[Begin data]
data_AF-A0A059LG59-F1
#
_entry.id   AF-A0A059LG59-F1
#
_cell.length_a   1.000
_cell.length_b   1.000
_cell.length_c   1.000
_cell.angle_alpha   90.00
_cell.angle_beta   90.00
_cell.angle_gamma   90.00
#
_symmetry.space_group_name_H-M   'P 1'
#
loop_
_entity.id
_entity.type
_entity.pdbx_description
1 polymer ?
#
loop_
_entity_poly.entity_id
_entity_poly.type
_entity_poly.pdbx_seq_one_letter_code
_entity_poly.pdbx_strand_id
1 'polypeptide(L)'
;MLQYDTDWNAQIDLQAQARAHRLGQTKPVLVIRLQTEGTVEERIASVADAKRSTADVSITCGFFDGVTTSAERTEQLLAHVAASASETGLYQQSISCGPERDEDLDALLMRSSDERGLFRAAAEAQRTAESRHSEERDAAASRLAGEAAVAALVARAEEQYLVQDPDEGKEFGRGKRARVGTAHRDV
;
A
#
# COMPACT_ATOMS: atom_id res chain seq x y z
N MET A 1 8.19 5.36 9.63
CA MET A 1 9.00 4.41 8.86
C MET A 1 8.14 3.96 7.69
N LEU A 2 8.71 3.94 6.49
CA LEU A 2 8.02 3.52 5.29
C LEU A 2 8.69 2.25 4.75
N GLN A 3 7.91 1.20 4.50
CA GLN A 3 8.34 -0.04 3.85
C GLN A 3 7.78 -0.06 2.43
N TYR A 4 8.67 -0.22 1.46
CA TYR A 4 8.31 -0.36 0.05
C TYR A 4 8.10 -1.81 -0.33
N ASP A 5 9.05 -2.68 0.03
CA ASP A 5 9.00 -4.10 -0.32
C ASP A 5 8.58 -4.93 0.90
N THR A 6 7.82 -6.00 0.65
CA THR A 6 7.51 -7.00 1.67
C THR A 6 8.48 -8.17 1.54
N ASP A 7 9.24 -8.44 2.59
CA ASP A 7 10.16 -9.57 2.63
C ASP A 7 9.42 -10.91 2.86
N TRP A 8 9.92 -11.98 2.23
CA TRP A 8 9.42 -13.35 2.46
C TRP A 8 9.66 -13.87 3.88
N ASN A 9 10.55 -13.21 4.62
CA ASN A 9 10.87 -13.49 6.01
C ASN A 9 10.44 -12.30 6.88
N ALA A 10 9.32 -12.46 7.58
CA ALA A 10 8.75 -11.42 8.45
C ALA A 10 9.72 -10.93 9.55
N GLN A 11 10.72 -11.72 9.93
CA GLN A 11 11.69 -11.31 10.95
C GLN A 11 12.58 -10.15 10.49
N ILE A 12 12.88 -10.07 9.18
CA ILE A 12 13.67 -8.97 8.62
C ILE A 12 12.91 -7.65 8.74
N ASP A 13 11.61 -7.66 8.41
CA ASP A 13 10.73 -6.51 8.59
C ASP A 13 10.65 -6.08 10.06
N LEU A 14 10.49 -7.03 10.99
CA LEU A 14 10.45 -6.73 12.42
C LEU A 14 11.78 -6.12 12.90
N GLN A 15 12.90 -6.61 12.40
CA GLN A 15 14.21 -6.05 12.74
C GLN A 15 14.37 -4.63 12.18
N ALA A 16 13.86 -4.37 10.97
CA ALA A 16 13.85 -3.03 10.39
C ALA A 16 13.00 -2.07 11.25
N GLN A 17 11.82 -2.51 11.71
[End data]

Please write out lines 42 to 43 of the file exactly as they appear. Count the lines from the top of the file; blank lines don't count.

C TYR A 4 8.10 -1.81 -0.33
N ASP A 5 9.05 -2.68 0.03